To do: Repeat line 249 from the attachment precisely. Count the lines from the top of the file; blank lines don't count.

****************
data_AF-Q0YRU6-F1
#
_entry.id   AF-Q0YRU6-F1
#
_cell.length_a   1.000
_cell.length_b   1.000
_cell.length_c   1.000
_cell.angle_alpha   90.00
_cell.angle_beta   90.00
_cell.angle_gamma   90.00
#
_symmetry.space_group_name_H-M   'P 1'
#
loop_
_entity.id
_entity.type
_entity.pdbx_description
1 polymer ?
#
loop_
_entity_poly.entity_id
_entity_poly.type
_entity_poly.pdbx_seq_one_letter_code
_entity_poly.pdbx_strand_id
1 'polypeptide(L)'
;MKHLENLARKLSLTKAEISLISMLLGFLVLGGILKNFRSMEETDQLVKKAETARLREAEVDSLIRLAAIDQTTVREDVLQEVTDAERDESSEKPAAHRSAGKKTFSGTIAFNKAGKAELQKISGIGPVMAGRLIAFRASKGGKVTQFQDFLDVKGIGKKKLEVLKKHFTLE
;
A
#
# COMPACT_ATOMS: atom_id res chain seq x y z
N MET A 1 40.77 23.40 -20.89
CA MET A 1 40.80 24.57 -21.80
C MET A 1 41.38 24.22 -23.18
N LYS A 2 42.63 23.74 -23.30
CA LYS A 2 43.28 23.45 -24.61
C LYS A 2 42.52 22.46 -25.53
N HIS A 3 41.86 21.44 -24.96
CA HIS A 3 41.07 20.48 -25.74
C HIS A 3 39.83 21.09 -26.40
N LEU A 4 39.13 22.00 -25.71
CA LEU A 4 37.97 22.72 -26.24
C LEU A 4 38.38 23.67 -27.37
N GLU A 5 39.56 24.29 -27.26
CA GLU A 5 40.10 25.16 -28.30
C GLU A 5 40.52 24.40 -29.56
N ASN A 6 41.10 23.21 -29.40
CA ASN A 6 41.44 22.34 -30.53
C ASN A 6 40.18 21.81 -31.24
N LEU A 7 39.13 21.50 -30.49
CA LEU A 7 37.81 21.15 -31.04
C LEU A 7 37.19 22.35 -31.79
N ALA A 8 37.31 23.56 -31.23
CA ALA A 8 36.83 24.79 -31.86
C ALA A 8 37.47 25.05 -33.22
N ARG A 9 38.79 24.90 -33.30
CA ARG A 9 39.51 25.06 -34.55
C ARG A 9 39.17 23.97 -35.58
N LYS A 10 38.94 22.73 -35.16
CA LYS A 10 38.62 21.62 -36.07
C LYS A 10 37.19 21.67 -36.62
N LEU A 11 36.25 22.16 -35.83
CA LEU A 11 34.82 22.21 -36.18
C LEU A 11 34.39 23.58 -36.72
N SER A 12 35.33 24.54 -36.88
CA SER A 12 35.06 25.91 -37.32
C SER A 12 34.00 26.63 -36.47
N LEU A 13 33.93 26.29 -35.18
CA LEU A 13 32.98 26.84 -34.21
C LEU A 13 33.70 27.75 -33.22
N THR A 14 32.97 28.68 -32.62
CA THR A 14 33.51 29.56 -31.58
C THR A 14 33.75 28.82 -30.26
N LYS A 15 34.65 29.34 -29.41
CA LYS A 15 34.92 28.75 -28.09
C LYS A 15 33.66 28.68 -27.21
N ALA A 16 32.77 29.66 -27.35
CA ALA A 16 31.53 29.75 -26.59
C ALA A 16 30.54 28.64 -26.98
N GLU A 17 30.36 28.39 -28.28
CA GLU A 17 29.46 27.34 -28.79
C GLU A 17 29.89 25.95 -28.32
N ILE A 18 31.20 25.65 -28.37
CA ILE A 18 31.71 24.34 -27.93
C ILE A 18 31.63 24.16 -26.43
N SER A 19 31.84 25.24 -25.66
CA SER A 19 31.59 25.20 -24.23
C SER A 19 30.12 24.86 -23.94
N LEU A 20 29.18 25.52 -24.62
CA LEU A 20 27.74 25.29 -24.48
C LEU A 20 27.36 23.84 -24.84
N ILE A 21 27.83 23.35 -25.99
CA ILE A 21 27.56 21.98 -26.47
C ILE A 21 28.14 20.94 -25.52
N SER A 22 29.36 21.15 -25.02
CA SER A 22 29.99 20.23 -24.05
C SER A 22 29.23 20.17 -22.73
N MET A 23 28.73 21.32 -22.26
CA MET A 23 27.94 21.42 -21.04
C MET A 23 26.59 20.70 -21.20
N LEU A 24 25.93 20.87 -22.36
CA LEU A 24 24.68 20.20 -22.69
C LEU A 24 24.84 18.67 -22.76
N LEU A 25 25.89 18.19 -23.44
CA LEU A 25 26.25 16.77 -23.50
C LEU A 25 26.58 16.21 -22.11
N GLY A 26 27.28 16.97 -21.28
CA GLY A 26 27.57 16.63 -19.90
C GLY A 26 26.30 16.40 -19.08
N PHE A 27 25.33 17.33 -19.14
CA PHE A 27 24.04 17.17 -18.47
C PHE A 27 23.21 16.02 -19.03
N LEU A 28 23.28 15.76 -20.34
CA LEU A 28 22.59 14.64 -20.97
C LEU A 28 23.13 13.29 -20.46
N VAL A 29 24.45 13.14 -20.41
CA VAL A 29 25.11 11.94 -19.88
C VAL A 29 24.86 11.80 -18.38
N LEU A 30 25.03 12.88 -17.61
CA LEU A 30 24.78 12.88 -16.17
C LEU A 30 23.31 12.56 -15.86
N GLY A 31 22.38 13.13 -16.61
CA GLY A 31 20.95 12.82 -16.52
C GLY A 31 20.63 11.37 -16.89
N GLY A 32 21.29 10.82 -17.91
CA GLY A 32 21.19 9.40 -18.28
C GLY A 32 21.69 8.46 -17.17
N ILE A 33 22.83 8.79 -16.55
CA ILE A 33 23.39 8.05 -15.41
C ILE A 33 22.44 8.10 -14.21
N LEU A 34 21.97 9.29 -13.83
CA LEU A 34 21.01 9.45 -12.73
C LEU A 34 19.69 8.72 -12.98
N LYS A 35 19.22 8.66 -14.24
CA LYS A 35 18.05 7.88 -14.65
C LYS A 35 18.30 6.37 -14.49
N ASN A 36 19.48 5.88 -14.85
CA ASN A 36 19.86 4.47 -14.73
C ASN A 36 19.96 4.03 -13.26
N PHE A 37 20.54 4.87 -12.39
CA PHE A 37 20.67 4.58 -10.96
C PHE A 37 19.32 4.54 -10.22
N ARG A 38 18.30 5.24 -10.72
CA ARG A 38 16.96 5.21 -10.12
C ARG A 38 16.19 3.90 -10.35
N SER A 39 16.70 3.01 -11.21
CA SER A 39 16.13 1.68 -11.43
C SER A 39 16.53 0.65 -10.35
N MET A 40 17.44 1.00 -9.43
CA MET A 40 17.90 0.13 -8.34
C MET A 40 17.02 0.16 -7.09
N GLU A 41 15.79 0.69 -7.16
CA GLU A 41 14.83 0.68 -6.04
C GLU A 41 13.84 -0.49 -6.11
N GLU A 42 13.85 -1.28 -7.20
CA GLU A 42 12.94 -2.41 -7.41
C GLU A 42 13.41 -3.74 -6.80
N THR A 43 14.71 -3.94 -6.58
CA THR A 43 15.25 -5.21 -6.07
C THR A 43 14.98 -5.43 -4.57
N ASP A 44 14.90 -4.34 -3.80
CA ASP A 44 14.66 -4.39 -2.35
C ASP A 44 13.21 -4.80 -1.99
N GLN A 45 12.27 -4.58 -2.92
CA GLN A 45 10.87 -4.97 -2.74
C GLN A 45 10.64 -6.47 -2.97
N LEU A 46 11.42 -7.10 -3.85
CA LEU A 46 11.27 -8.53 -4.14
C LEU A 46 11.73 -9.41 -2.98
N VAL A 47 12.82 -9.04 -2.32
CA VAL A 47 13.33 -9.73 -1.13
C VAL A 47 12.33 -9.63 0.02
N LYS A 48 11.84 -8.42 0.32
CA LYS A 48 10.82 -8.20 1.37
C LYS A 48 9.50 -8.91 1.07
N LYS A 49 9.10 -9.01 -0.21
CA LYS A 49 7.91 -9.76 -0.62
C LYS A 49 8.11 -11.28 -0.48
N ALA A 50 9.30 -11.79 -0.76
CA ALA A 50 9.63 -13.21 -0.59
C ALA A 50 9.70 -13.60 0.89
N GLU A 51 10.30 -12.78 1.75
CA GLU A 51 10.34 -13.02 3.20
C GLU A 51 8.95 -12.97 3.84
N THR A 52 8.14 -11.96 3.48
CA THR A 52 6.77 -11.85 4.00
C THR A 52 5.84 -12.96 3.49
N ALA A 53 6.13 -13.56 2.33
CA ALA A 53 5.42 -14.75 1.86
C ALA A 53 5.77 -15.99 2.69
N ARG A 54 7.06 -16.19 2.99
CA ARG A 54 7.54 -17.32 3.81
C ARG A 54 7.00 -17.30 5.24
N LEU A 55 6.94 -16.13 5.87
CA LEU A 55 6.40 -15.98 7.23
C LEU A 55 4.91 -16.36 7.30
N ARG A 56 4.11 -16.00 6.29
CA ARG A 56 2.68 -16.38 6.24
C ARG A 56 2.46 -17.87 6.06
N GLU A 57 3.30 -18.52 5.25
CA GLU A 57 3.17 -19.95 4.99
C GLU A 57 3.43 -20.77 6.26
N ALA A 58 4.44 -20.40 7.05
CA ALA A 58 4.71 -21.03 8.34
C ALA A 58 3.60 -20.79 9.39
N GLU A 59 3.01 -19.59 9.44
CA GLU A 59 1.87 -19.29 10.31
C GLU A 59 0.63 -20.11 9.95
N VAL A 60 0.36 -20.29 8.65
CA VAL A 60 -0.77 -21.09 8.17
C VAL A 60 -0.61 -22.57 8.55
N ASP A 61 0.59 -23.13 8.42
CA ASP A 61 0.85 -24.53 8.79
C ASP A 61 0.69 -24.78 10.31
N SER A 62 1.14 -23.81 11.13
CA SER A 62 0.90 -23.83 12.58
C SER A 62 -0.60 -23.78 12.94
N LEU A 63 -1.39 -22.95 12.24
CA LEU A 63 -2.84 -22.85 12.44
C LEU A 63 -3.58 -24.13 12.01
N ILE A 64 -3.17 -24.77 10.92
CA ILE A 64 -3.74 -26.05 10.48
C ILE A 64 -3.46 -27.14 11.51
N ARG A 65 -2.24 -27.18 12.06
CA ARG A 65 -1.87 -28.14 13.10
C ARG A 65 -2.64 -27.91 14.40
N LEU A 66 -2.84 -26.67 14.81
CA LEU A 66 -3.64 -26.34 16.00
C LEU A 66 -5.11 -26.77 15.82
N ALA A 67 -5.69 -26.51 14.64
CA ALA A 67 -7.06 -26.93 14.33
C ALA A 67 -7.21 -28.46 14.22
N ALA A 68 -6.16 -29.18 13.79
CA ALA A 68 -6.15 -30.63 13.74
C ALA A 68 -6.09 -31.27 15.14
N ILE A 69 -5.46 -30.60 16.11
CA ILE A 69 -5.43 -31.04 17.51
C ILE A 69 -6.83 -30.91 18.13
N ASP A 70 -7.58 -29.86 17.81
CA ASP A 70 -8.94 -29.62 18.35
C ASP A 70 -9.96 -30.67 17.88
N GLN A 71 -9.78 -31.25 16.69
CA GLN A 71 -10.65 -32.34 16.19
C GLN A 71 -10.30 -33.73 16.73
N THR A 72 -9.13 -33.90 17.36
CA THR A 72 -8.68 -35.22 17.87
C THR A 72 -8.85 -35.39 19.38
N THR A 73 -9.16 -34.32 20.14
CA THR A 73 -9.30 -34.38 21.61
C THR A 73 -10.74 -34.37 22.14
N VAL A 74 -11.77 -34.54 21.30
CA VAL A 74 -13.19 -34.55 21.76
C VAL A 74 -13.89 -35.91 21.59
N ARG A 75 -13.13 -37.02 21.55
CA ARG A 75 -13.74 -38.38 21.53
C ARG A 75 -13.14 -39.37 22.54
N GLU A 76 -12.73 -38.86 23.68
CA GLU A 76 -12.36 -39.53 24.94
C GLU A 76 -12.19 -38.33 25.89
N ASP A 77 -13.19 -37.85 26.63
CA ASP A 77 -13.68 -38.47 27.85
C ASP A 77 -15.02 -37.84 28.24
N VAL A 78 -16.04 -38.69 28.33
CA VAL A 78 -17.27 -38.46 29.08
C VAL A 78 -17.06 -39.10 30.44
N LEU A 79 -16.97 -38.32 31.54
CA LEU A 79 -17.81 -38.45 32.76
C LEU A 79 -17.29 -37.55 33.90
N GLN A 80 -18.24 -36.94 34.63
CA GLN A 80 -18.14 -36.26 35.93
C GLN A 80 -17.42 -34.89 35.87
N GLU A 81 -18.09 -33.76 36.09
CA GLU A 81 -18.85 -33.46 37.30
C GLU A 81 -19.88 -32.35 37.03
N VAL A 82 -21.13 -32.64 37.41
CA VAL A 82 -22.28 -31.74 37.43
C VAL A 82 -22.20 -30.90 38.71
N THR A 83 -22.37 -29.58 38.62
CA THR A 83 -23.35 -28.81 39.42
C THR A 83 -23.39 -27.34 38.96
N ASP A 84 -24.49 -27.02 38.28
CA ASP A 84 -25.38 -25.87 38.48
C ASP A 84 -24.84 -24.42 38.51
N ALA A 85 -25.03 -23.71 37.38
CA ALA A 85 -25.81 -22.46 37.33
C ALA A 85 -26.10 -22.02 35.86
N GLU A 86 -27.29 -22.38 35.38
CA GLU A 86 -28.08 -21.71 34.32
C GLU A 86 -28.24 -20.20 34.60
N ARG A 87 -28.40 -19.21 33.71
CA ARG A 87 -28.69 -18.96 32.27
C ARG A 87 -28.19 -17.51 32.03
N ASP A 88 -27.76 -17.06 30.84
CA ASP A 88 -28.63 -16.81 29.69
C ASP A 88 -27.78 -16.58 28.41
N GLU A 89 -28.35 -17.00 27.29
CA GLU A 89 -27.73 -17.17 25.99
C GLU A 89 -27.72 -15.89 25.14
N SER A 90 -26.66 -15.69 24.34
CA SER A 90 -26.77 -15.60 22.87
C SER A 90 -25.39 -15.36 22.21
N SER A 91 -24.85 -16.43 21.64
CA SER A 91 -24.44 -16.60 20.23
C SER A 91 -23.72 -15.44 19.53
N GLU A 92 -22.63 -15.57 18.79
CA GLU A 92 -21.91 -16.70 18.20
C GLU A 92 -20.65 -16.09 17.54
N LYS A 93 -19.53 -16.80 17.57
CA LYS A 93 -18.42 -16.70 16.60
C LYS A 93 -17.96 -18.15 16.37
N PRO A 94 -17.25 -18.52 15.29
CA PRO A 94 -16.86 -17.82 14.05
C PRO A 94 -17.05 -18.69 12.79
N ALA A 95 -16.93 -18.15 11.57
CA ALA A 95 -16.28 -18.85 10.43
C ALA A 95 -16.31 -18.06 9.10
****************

C THR A 73 -10.74 -34.37 22.14